If You Don’t Know Where You Are Going, You Will Probably End Up Somewhere Else
January 31, 2017
When I was a senior in high school, the book If You Don’t Know Where You Are Going, You’ll Probably End Up Somewhere Else, by Dr. David Campbell, was my road map to the future. I can’t remember how many times I read it, but it helped me look to my future with increased clarity and confidence. To date, I have achieved more success than I planned, but I have also experienced significant setbacks along the way. I have learned that grit and attitude, coupled with an authentic goal setting system, will lead to success time and time again.
In James P. Owen’s book, The Try: The Secret to Success in Life and Career, Mr. Owen defines the word “try” as a term cowboy use. In this case, “try” is a noun rather than a verb. As a verb “to try” is make an attempt, but as a noun “try” is invested with a profound meaning—giving it 110% in everything you do. As Ty Murray, the legendary King of the Cowboy says: “When you climb down onto a bull, you can’t guarantee you’re going to stay on. You can’t guarantee that you’re going to make a good ride, and you can’t guarantee that you’re going to be a high scorer or any of that. The one thing you can guarantee every time is that you will try your guts out. Whatever the outcome is, that’s what it is. But to me, if you give it from the bottom of your guts that equates to a good outcome. And if you do that every time, you’re going to win a lot more than you lose.”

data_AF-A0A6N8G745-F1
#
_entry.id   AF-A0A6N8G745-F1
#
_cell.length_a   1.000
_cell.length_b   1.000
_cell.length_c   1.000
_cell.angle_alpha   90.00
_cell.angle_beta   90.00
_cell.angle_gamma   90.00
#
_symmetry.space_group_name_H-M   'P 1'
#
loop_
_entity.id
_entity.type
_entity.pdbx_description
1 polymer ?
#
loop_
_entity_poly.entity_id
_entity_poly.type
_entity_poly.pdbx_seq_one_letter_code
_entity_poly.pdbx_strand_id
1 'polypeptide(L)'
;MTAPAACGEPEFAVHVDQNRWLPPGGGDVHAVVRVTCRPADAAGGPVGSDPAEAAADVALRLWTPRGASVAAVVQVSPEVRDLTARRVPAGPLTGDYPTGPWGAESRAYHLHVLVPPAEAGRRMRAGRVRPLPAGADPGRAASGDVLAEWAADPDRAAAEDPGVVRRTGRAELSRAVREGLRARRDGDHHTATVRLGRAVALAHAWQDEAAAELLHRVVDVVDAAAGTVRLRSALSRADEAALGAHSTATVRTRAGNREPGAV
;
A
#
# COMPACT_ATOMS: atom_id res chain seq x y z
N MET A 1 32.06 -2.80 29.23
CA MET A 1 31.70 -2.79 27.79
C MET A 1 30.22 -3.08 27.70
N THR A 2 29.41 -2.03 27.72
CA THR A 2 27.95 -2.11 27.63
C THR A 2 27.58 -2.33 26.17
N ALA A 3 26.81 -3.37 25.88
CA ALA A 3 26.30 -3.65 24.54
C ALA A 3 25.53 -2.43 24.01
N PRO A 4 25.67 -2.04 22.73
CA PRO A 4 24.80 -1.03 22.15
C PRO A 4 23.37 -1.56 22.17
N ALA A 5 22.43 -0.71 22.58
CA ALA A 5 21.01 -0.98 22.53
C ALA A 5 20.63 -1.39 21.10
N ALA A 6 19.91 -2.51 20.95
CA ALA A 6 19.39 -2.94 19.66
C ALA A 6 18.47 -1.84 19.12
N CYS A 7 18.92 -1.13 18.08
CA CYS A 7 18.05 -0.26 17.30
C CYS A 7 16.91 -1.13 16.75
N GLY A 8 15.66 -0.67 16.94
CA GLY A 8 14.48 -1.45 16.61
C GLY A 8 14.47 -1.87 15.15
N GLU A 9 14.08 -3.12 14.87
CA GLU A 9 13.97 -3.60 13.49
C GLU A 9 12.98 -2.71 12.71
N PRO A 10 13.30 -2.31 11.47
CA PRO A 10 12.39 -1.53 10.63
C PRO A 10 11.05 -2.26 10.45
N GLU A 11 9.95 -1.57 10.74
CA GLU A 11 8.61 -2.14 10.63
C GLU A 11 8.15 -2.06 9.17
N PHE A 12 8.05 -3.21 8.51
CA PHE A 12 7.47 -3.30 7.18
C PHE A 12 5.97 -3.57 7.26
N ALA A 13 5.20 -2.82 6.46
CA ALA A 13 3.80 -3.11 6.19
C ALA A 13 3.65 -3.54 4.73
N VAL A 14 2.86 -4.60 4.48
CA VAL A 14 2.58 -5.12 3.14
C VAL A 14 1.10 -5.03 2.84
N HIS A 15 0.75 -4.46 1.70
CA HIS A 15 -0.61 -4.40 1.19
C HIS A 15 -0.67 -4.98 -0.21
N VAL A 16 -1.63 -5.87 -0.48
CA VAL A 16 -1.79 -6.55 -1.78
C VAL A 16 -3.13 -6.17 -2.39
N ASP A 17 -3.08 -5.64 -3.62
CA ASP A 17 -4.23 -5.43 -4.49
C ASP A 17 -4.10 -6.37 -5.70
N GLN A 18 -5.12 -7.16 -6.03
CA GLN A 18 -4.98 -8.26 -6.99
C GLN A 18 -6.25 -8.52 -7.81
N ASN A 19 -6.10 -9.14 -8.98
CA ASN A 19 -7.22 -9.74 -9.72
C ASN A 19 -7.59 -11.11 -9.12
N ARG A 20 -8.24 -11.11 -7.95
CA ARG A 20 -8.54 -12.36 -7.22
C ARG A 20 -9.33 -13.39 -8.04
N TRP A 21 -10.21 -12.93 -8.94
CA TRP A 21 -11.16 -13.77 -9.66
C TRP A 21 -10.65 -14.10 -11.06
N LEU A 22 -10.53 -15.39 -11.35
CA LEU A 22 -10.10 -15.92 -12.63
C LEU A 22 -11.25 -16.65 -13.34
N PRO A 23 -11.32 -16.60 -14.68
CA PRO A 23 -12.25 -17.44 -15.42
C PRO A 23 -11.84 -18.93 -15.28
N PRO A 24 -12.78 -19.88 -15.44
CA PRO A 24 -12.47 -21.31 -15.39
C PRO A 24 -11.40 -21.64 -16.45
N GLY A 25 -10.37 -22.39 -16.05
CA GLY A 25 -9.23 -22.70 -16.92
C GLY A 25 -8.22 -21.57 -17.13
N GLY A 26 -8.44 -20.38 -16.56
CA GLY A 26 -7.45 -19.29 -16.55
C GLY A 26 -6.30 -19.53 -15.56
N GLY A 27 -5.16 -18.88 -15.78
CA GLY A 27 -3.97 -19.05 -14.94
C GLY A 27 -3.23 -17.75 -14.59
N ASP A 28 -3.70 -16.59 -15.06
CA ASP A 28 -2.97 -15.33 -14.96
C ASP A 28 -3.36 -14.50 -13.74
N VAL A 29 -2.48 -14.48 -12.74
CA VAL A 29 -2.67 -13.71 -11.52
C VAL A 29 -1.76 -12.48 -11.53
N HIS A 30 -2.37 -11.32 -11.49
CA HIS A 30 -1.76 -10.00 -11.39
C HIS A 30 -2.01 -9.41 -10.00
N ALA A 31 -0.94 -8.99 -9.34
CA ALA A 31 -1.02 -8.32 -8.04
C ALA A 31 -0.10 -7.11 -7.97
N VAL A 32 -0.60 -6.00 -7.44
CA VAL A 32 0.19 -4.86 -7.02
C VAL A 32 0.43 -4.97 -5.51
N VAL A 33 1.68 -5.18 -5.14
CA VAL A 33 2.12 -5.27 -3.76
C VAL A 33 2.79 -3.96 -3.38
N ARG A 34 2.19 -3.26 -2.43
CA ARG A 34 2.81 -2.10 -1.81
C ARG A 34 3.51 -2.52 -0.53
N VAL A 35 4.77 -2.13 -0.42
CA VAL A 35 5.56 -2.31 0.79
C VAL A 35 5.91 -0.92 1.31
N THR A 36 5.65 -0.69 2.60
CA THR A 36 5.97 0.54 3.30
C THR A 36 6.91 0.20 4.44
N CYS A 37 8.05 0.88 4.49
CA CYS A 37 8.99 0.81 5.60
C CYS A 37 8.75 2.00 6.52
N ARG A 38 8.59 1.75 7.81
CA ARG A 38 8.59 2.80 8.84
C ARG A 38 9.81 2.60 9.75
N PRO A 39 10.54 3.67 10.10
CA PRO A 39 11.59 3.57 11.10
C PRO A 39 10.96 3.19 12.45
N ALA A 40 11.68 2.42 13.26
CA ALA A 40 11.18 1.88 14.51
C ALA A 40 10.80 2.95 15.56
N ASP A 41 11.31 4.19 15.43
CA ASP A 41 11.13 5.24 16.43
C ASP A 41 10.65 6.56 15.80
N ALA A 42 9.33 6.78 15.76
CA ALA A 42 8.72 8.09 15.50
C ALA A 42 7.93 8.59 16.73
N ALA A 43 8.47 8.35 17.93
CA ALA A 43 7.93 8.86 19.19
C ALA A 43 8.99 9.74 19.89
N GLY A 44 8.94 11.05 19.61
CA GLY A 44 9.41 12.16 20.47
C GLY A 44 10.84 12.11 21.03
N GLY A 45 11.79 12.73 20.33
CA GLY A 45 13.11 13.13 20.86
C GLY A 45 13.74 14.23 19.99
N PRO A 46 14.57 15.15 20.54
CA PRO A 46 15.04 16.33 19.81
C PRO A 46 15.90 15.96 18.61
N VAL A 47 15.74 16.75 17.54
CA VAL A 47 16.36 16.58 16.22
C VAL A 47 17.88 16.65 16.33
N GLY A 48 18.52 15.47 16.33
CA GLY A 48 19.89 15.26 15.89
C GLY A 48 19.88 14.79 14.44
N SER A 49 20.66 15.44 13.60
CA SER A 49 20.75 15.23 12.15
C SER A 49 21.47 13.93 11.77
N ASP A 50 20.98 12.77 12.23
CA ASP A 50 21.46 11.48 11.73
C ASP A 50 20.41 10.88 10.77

The Try list seven steps to success:
- Start with a Dream
- Turn Your Dream into a Measurable Goal
- Create a Game Plan and Timetable
- Make a Commitment
- Take Full Responsibility
- Expect Adversity
- Give it 110%
These seven goal setting steps are exceptional. As a teacher for at-risk high school students, I have seen these steps transform many lives. To understand how and why these steps work, let’s take a closer look.
Start with a Dream
Having a dream (goal, vision, intention) is a must. Without a dream, you may not only end up somewhere else, chances are you will go nowhere. With your dream, you can begin to plan backwards to successfully accomplish your dream one step at a time.
Turn Your Dream into a Measurable Goal
A measurable goal provides the path to your dream. It gives you day-to-day benchmarks that are concrete and can be measured. I had a 9th grade student who told me he was going to play college football. I asked him if he was on the football team, and he said no. He clearly did not have a measurable goal to achieve his dream of playing college football, and he did not go on to play college football.
Create a Game Plan and Timetable
If we don’t create a game plan and timetable for our dreams, we are much less likely to achieve them. Soon after college, I decided to “train” for a marathon. The only problem was that I did not have a game plan or a timetable. I told myself that I could just gradually increase my distance over time and I would be ready. Because I did not follow a specific game plan, I never kept up with my increased mileage. It wasn’t long before I totally gave up on the idea. Years later, some friends and I decided to run a half marathon. We followed a very prescribed regiment that included increasing mileage, time off, stretching, and cross training. When the day came to run the half marathon, we were ready, willing, and able.
Make a Commitment
It is important to make a commitment not only to you but to share that commitment with others as well. When you tell close friends or family that you are committed to your dream, they will support you and help hold you accountable. If you are the only one aware of your dream, it is very easy to give up, and people often do.
Take Full Responsibility
Things don’t always go our way. No one is perfect, and there are always bumps in the road and mistakes to be made. When you have a set back or falter on your own, admit it, deal with it and move on.